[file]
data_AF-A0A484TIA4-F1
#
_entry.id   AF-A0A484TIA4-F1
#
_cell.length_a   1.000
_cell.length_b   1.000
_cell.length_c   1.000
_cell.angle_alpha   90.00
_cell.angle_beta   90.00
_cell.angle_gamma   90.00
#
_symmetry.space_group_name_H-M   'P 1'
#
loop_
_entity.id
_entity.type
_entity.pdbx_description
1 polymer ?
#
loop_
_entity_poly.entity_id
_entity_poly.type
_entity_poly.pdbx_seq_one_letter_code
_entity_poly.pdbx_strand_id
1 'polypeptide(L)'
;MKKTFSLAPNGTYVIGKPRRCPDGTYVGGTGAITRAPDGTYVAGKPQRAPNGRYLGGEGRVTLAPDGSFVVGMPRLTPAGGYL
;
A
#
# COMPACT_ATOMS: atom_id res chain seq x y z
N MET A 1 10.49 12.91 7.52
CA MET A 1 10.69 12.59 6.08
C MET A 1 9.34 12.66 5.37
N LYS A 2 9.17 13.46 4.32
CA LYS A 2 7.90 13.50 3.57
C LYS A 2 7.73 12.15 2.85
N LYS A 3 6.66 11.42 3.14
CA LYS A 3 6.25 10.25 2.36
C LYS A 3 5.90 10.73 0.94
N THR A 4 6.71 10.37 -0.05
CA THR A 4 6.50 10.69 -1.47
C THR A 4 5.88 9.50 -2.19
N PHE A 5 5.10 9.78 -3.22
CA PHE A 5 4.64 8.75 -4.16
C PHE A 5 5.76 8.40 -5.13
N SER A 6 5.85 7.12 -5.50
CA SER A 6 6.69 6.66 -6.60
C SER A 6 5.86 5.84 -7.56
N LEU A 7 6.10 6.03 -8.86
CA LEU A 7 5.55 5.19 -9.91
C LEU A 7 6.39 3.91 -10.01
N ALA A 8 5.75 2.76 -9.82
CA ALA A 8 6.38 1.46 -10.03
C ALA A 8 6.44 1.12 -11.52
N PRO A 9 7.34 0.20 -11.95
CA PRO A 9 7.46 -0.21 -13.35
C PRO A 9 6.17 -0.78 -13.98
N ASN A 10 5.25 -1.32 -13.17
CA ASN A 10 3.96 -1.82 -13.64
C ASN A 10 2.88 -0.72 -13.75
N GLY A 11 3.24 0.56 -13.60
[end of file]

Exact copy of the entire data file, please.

data_AF-A0A484TIA4-F1
#
_entry.id   AF-A0A484TIA4-F1
#
_cell.length_a   1.000
_cell.length_b   1.000
_cell.length_c   1.000
_cell.angle_alpha   90.00
_cell.angle_beta   90.00
_cell.angle_gamma   90.00
#
_symmetry.space_group_name_H-M   'P 1'
#
loop_
_entity.id
_entity.type
_entity.pdbx_description
1 polymer ?
#
loop_
_entity_poly.entity_id
_entity_poly.type
_entity_poly.pdbx_seq_one_letter_code
_entity_poly.pdbx_strand_id
1 'polypeptide(L)'
;MKKTFSLAPNGTYVIGKPRRCPDGTYVGGTGAITRAPDGTYVAGKPQRAPNGRYLGGEGRVTLAPDGSFVVGMPRLTPAGGYL
;
A
#
# COMPACT_ATOMS: atom_id res chain seq x y z
N MET A 1 10.49 12.91 7.52
CA MET A 1 10.69 12.59 6.08
C MET A 1 9.34 12.66 5.37
N LYS A 2 9.17 13.46 4.32
CA LYS A 2 7.90 13.50 3.57
C LYS A 2 7.73 12.15 2.85
N LYS A 3 6.66 11.42 3.14
CA LYS A 3 6.25 10.25 2.36
C LYS A 3 5.90 10.73 0.94
N THR A 4 6.71 10.37 -0.05
CA THR A 4 6.50 10.69 -1.47
C THR A 4 5.88 9.50 -2.19
N PHE A 5 5.10 9.78 -3.22
CA PHE A 5 4.64 8.75 -4.16
C PHE A 5 5.76 8.40 -5.13
N SER A 6 5.85 7.12 -5.50
CA SER A 6 6.69 6.66 -6.60
C SER A 6 5.86 5.84 -7.56
N LEU A 7 6.10 6.03 -8.86
CA LEU A 7 5.55 5.19 -9.91
C LEU A 7 6.39 3.91 -10.01
N ALA A 8 5.75 2.76 -9.82
CA ALA A 8 6.38 1.46 -10.03
C ALA A 8 6.44 1.12 -11.52
N PRO A 9 7.34 0.20 -11.95
CA PRO A 9 7.46 -0.21 -13.35
C PRO A 9 6.17 -0.78 -13.98
N ASN A 10 5.25 -1.32 -13.17
CA ASN A 10 3.96 -1.82 -13.64
C ASN A 10 2.88 -0.72 -13.75
N GLY A 11 3.24 0.56 -13.60